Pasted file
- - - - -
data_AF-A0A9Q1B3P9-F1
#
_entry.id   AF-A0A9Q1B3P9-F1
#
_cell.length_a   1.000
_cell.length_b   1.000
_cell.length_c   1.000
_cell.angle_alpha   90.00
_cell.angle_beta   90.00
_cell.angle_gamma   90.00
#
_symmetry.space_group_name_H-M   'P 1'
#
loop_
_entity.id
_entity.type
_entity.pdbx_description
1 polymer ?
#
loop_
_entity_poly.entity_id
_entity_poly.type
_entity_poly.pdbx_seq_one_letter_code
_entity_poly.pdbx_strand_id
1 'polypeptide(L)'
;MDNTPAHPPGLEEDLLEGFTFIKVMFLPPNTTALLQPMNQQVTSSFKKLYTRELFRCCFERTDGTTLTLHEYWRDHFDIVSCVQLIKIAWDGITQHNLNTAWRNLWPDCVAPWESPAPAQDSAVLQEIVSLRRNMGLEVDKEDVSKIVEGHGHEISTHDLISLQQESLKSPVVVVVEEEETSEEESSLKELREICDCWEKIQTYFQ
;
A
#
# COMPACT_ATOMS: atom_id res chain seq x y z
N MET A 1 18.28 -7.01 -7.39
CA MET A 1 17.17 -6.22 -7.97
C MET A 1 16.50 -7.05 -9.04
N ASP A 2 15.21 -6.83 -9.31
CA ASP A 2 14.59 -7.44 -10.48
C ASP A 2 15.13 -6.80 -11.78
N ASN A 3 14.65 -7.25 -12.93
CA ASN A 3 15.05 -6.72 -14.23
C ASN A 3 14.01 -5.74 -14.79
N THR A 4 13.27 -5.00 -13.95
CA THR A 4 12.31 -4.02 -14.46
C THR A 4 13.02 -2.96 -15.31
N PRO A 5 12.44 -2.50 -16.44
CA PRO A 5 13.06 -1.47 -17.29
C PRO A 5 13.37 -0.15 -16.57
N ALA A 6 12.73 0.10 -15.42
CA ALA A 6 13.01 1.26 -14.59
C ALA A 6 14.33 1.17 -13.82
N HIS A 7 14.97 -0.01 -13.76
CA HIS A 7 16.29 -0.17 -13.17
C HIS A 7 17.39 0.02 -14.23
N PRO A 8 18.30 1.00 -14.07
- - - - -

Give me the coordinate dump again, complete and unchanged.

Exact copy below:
data_AF-A0A9Q1B3P9-F1
#
_entry.id   AF-A0A9Q1B3P9-F1
#
_cell.length_a   1.000
_cell.length_b   1.000
_cell.length_c   1.000
_cell.angle_alpha   90.00
_cell.angle_beta   90.00
_cell.angle_gamma   90.00
#
_symmetry.space_group_name_H-M   'P 1'
#
loop_
_entity.id
_entity.type
_entity.pdbx_description
1 polymer ?
#
loop_
_entity_poly.entity_id
_entity_poly.type
_entity_poly.pdbx_seq_one_letter_code
_entity_poly.pdbx_strand_id
1 'polypeptide(L)'
;MDNTPAHPPGLEEDLLEGFTFIKVMFLPPNTTALLQPMNQQVTSSFKKLYTRELFRCCFERTDGTTLTLHEYWRDHFDIVSCVQLIKIAWDGITQHNLNTAWRNLWPDCVAPWESPAPAQDSAVLQEIVSLRRNMGLEVDKEDVSKIVEGHGHEISTHDLISLQQESLKSPVVVVVEEEETSEEESSLKELREICDCWEKIQTYFQ
;
A
#
# COMPACT_ATOMS: atom_id res chain seq x y z
N MET A 1 18.28 -7.01 -7.39
CA MET A 1 17.17 -6.22 -7.97
C MET A 1 16.50 -7.05 -9.04
N ASP A 2 15.21 -6.83 -9.31
CA ASP A 2 14.59 -7.44 -10.48
C ASP A 2 15.13 -6.80 -11.78
N ASN A 3 14.65 -7.25 -12.93
CA ASN A 3 15.05 -6.72 -14.23
C ASN A 3 14.01 -5.74 -14.79
N THR A 4 13.27 -5.00 -13.95
CA THR A 4 12.31 -4.02 -14.46
C THR A 4 13.02 -2.96 -15.31
N PRO A 5 12.44 -2.50 -16.44
CA PRO A 5 13.06 -1.47 -17.29
C PRO A 5 13.37 -0.15 -16.57
N ALA A 6 12.73 0.10 -15.42
CA ALA A 6 13.01 1.26 -14.59
C ALA A 6 14.33 1.17 -13.82
N HIS A 7 14.97 -0.01 -13.76
CA HIS A 7 16.29 -0.17 -13.17
C HIS A 7 17.39 0.02 -14.23
N PRO A 8 18.30 1.00 -14.07